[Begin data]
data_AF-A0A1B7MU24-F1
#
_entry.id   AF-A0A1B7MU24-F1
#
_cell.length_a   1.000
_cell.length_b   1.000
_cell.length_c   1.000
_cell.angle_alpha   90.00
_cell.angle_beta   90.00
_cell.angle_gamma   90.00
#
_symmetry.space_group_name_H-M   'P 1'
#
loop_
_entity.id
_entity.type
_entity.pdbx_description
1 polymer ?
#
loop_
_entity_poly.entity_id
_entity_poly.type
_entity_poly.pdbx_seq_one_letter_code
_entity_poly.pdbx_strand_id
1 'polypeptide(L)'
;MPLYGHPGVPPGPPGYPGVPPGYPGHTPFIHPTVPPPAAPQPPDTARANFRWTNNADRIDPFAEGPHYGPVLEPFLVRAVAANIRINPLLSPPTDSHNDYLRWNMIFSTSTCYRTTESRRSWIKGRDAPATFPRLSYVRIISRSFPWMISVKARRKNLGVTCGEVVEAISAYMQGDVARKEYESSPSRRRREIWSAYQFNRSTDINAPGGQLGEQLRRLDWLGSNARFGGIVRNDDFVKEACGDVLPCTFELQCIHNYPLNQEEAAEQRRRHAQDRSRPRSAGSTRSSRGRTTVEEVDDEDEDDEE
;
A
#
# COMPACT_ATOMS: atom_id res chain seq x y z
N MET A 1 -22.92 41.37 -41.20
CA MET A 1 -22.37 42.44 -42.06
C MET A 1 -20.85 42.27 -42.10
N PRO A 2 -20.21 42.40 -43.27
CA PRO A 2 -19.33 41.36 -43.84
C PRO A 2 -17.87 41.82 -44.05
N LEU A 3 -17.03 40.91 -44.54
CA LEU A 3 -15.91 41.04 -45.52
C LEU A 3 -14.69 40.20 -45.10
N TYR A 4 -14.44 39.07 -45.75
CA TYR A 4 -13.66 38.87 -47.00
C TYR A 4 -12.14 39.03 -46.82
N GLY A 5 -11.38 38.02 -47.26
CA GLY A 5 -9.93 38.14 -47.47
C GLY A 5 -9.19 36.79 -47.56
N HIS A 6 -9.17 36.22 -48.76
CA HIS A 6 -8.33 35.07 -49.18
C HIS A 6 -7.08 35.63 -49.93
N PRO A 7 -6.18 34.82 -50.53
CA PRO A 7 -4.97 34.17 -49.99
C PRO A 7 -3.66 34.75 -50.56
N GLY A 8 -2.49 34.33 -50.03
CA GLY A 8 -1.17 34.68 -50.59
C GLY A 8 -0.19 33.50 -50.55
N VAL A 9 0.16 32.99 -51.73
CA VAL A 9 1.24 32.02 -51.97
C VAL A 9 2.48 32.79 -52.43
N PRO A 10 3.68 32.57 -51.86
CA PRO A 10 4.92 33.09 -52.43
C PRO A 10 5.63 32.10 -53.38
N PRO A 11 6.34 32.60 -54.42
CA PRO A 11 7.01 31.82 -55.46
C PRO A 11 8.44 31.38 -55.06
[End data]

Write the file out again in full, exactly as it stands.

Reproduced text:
data_AF-A0A1B7MU24-F1
#
_entry.id   AF-A0A1B7MU24-F1
#
_cell.length_a   1.000
_cell.length_b   1.000
_cell.length_c   1.000
_cell.angle_alpha   90.00
_cell.angle_beta   90.00
_cell.angle_gamma   90.00
#
_symmetry.space_group_name_H-M   'P 1'
#
loop_
_entity.id
_entity.type
_entity.pdbx_description
1 polymer ?
#
loop_
_entity_poly.entity_id
_entity_poly.type
_entity_poly.pdbx_seq_one_letter_code
_entity_poly.pdbx_strand_id
1 'polypeptide(L)'
;MPLYGHPGVPPGPPGYPGVPPGYPGHTPFIHPTVPPPAAPQPPDTARANFRWTNNADRIDPFAEGPHYGPVLEPFLVRAVAANIRINPLLSPPTDSHNDYLRWNMIFSTSTCYRTTESRRSWIKGRDAPATFPRLSYVRIISRSFPWMISVKARRKNLGVTCGEVVEAISAYMQGDVARKEYESSPSRRRREIWSAYQFNRSTDINAPGGQLGEQLRRLDWLGSNARFGGIVRNDDFVKEACGDVLPCTFELQCIHNYPLNQEEAAEQRRRHAQDRSRPRSAGSTRSSRGRTTVEEVDDEDEDDEE
;
A
#
# COMPACT_ATOMS: atom_id res chain seq x y z
N MET A 1 -22.92 41.37 -41.20
CA MET A 1 -22.37 42.44 -42.06
C MET A 1 -20.85 42.27 -42.10
N PRO A 2 -20.21 42.40 -43.27
CA PRO A 2 -19.33 41.36 -43.84
C PRO A 2 -17.87 41.82 -44.05
N LEU A 3 -17.03 40.91 -44.54
CA LEU A 3 -15.91 41.04 -45.52
C LEU A 3 -14.69 40.20 -45.10
N TYR A 4 -14.44 39.07 -45.75
CA TYR A 4 -13.66 38.87 -47.00
C TYR A 4 -12.14 39.03 -46.82
N GLY A 5 -11.38 38.02 -47.26
CA GLY A 5 -9.93 38.14 -47.47
C GLY A 5 -9.19 36.79 -47.56
N HIS A 6 -9.17 36.22 -48.76
CA HIS A 6 -8.33 35.07 -49.18
C HIS A 6 -7.08 35.63 -49.93
N PRO A 7 -6.18 34.82 -50.53
CA PRO A 7 -4.97 34.17 -49.99
C PRO A 7 -3.66 34.75 -50.56
N GLY A 8 -2.49 34.33 -50.03
CA GLY A 8 -1.17 34.68 -50.59
C GLY A 8 -0.19 33.50 -50.55
N VAL A 9 0.16 32.99 -51.73
CA VAL A 9 1.24 32.02 -51.97
C VAL A 9 2.48 32.79 -52.43
N PRO A 10 3.68 32.57 -51.86
CA PRO A 10 4.92 33.09 -52.43
C PRO A 10 5.63 32.10 -53.38
N PRO A 11 6.34 32.60 -54.42
CA PRO A 11 7.01 31.82 -55.46
C PRO A 11 8.44 31.38 -55.06